As some of you may know, I just returned from Kazakhstan, where we adopted our new daughter. Her name is Magdalena (Maggie for short), she is 10 months old, and is one awesome girl. We had a very blessed (and very long—6 weeks) trip—not in the sense that life was easy or comfortable, but it was rewarding to spend so much time with her, learning about her culture, and seeing how the other half (of the world) lives. Even as we were immersed into the Kazakh culture, the analyst in me couldn’t resist making a few observations on how business is done there. These are of dubious value on their own, but if we allow the power of extrapolation and assume that all up-and-coming 2nd world countries are just like Kazakhstan, then, well, that’s something. Here’s a completely objective list—no bias toward the core stocks whatsoever—of the global winners and losers for the next century.
Cisco—Lots of opportunities for network upgrades. The internet was not ever used in any of our document filing/processing, nor by any of the government officials. Everything is done by hand. In fact, Maggie’s passport was actually driven or flown by someone from one city to another for processing! The internet seems to be solely for social value and it needs some initial momentum to boost corporate use. When it does, it should definitely have sticking power, because there is a strong drive for conformity here. The only problem is pirated competing technologies from China and Russia. CSCO is already here—I saw their office in the same building as the U.S. Consulate.
Vodafone/Nokia—Cell phone usage already widespread, if not ubiquitous. Could follow the Far East toward more broadband/3G use eventually, given the obvious stability and endurance of the cell phone here as a future consumer and business platform.
Intel/Microsoft—Not many computers, and most we saw were used for document storage (literally—piles of paper on top of them, not electronic storage). New PC buy and upgrade cycles will happen only when networking/internet use becomes more status quo.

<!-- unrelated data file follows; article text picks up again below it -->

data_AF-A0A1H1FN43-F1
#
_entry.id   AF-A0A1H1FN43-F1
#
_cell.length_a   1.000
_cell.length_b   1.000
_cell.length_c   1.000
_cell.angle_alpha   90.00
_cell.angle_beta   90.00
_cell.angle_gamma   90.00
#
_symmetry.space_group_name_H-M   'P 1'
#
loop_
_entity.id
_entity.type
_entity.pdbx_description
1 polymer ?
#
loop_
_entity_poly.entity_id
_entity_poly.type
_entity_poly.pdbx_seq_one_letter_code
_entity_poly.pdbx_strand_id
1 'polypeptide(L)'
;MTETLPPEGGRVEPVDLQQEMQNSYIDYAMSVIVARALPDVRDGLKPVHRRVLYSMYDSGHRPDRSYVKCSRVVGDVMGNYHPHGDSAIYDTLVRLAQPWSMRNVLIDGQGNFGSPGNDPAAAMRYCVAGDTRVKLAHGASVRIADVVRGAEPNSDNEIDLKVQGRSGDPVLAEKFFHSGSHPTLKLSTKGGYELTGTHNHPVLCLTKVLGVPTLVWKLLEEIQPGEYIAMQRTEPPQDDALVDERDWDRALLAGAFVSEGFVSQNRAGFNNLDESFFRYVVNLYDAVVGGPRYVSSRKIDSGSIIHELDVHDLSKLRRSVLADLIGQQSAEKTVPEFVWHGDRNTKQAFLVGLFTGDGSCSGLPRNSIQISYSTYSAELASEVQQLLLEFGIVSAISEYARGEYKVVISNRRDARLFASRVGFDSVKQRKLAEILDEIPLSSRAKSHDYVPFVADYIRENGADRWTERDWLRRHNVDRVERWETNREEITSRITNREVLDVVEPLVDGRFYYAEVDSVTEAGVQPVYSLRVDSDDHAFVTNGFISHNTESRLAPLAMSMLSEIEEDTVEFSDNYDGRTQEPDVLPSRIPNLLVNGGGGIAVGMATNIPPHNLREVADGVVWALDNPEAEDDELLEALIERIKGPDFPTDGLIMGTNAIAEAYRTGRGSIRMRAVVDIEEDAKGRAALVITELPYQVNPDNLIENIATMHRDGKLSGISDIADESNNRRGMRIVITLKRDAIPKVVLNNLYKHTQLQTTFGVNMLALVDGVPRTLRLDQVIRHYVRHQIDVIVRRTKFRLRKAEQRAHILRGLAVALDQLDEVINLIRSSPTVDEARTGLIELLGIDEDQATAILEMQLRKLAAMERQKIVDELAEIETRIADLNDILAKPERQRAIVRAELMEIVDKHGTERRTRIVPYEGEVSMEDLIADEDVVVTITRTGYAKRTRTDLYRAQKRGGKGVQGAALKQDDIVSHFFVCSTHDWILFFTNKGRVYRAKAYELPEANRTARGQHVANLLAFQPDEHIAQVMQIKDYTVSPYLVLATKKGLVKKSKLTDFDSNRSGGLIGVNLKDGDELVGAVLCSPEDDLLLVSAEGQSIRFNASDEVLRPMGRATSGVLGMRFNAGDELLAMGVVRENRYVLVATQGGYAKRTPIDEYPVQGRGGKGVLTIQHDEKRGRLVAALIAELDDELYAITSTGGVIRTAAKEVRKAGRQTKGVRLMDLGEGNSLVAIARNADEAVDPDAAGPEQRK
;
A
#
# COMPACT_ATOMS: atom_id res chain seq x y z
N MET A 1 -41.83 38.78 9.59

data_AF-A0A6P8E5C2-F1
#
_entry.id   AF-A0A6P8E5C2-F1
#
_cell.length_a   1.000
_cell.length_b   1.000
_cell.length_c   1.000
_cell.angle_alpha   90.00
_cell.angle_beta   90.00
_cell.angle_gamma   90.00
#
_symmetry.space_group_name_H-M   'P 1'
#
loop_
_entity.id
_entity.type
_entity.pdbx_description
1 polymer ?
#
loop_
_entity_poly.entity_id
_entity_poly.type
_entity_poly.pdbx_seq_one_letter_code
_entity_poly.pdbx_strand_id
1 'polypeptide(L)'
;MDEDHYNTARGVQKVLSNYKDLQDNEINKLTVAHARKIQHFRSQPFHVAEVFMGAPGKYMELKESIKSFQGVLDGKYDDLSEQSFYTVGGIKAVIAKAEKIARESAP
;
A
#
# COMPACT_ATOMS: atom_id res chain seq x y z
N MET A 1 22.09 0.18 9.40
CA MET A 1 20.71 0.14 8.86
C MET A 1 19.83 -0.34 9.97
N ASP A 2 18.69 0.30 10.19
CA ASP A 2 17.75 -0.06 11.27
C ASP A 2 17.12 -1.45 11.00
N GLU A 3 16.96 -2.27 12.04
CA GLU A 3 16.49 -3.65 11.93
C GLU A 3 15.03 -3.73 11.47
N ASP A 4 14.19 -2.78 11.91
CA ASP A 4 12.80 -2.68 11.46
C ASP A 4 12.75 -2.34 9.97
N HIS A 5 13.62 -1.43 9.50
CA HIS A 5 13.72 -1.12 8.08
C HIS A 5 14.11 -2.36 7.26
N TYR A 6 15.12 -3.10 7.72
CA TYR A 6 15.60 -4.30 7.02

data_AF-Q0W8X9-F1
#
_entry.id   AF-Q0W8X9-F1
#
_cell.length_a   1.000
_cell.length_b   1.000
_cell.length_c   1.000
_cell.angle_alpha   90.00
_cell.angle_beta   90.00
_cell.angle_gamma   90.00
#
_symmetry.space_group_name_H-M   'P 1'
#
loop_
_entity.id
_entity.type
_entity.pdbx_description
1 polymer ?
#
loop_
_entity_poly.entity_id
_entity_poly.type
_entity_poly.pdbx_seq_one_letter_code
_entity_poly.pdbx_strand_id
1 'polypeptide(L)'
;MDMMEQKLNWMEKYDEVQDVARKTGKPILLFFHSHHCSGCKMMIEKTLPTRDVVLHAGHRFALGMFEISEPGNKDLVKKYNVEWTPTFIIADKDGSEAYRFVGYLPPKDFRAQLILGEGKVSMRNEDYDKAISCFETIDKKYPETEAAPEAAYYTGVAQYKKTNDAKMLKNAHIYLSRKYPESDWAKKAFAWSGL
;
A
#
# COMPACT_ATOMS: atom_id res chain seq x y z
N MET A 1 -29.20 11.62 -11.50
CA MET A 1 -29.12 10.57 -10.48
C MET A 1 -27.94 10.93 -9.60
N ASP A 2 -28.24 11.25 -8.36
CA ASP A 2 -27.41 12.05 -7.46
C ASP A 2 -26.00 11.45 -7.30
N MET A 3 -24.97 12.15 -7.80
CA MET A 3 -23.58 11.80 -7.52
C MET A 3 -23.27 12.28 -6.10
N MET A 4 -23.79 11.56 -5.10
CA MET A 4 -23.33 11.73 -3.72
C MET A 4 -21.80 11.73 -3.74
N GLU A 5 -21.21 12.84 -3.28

P & G—Best brand power in Kazakhstan. Many P&G brands are widely available—Tide, a renamed version of Downy, Pringles, and especially Pampers. In fact, even though Huggies are also available here, diapers are actually called Pampers! For a product category to be renamed a single brand (i.e. Kleenex, Chap Stick) is the pinnacle of achievement in branding. We repeatedly heard the term “Pampers” coming from Kazakhs, Russians, and English speakers alike.
Coke/Pepsi—Coke is widely available in grocery stores and restaurants, though not widely consumed. This is a tea drinking country. Coke Light and Sprite also widely available. Pepsi less available. No vending machines. Kudos to Coke’s bottler for getting widespread distribution. Have not seen any mass marketing. Bottom line, it’s not a surprise that Coke’s distribution is already set up here, but there is still upside in terms of consumption.
Altria—Smokes are dirt cheap over here! A pack of Marlboros for $0.60!!! And they are the highest-priced smokes, which range down to $0.16 per pack. Consumption is already high, especially in our apartment building, and the low prices can only serve to invite greater tax levies, if the developed world is a model for the developing world (which it usually is). I would assume that the government powers, who very much want to court the developed world, in particularly the English-speaking world, will not be long in discouraging smoking for clean-air reasons too. It certainly doesn’t help smokers’ cause when neighboring Turkmenistan’s authoritarian president just died today due to heart failure, reportedly brought on by too much smoking.
McDonald’s—Nowhere here (expansion potential still exists). Locals are interested in American things, in particular our entertainment (insert derisive comment about American entertainment here). And they eat a hodgepodge of global food anyway, so MCD could easily find a place here. I’m not sure why MCD isn’t already here, come to think of it. There was a very subpar Burger King knockoff in Almaty doing decent business.